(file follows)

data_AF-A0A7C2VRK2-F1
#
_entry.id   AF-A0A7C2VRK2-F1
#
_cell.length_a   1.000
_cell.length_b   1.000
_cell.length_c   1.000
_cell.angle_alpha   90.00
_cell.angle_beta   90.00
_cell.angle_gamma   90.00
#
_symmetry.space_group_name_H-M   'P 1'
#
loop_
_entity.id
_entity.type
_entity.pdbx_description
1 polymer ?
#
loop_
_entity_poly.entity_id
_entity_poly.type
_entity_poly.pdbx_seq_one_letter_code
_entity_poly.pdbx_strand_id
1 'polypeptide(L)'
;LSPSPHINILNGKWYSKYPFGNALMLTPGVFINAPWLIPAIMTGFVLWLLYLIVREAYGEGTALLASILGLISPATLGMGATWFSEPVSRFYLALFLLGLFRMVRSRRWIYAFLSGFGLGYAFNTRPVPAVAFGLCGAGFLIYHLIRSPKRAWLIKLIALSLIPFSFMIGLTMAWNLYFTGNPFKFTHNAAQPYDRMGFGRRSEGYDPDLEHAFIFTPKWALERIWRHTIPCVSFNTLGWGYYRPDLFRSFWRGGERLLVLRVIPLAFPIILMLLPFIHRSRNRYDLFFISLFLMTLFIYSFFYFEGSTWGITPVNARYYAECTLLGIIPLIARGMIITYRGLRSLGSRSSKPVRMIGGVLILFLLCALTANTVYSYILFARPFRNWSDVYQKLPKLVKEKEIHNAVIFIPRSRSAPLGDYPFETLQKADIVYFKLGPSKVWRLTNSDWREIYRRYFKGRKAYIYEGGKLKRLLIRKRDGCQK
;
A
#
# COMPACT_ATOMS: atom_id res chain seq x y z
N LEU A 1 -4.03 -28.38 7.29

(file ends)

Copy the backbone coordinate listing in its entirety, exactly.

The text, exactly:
data_AF-A0A7C2VRK2-F1
#
_entry.id   AF-A0A7C2VRK2-F1
#
_cell.length_a   1.000
_cell.length_b   1.000
_cell.length_c   1.000
_cell.angle_alpha   90.00
_cell.angle_beta   90.00
_cell.angle_gamma   90.00
#
_symmetry.space_group_name_H-M   'P 1'
#
loop_
_entity.id
_entity.type
_entity.pdbx_description
1 polymer ?
#
loop_
_entity_poly.entity_id
_entity_poly.type
_entity_poly.pdbx_seq_one_letter_code
_entity_poly.pdbx_strand_id
1 'polypeptide(L)'
;LSPSPHINILNGKWYSKYPFGNALMLTPGVFINAPWLIPAIMTGFVLWLLYLIVREAYGEGTALLASILGLISPATLGMGATWFSEPVSRFYLALFLLGLFRMVRSRRWIYAFLSGFGLGYAFNTRPVPAVAFGLCGAGFLIYHLIRSPKRAWLIKLIALSLIPFSFMIGLTMAWNLYFTGNPFKFTHNAAQPYDRMGFGRRSEGYDPDLEHAFIFTPKWALERIWRHTIPCVSFNTLGWGYYRPDLFRSFWRGGERLLVLRVIPLAFPIILMLLPFIHRSRNRYDLFFISLFLMTLFIYSFFYFEGSTWGITPVNARYYAECTLLGIIPLIARGMIITYRGLRSLGSRSSKPVRMIGGVLILFLLCALTANTVYSYILFARPFRNWSDVYQKLPKLVKEKEIHNAVIFIPRSRSAPLGDYPFETLQKADIVYFKLGPSKVWRLTNSDWREIYRRYFKGRKAYIYEGGKLKRLLIRKRDGCQK
;
A
#
# COMPACT_ATOMS: atom_id res chain seq x y z
N LEU A 1 -4.03 -28.38 7.29